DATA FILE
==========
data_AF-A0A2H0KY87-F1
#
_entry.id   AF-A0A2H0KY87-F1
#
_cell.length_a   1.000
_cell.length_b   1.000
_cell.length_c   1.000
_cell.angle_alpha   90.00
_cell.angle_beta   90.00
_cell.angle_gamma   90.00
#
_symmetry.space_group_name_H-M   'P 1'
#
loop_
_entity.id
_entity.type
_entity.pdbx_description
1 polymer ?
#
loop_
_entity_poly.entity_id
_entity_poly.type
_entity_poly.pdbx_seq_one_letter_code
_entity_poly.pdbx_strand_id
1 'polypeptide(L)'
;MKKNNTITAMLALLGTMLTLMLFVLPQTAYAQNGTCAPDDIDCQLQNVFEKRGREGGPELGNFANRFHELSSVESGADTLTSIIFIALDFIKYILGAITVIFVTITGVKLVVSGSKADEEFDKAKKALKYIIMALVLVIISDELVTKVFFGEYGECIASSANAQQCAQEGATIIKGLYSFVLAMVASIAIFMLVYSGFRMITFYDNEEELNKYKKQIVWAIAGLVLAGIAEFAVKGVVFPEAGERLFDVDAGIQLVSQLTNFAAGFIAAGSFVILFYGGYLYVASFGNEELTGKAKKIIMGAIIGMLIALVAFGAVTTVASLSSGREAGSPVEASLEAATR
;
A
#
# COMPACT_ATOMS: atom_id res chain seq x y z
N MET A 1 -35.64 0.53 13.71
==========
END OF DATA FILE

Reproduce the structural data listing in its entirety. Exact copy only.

data_AF-A0A2H0KY87-F1
#
_entry.id   AF-A0A2H0KY87-F1
#
_cell.length_a   1.000
_cell.length_b   1.000
_cell.length_c   1.000
_cell.angle_alpha   90.00
_cell.angle_beta   90.00
_cell.angle_gamma   90.00
#
_symmetry.space_group_name_H-M   'P 1'
#
loop_
_entity.id
_entity.type
_entity.pdbx_description
1 polymer ?
#
loop_
_entity_poly.entity_id
_entity_poly.type
_entity_poly.pdbx_seq_one_letter_code
_entity_poly.pdbx_strand_id
1 'polypeptide(L)'
;MKKNNTITAMLALLGTMLTLMLFVLPQTAYAQNGTCAPDDIDCQLQNVFEKRGREGGPELGNFANRFHELSSVESGADTLTSIIFIALDFIKYILGAITVIFVTITGVKLVVSGSKADEEFDKAKKALKYIIMALVLVIISDELVTKVFFGEYGECIASSANAQQCAQEGATIIKGLYSFVLAMVASIAIFMLVYSGFRMITFYDNEEELNKYKKQIVWAIAGLVLAGIAEFAVKGVVFPEAGERLFDVDAGIQLVSQLTNFAAGFIAAGSFVILFYGGYLYVASFGNEELTGKAKKIIMGAIIGMLIALVAFGAVTTVASLSSGREAGSPVEASLEAATR
;
A
#
# COMPACT_ATOMS: atom_id res chain seq x y z
N MET A 1 -35.64 0.53 13.71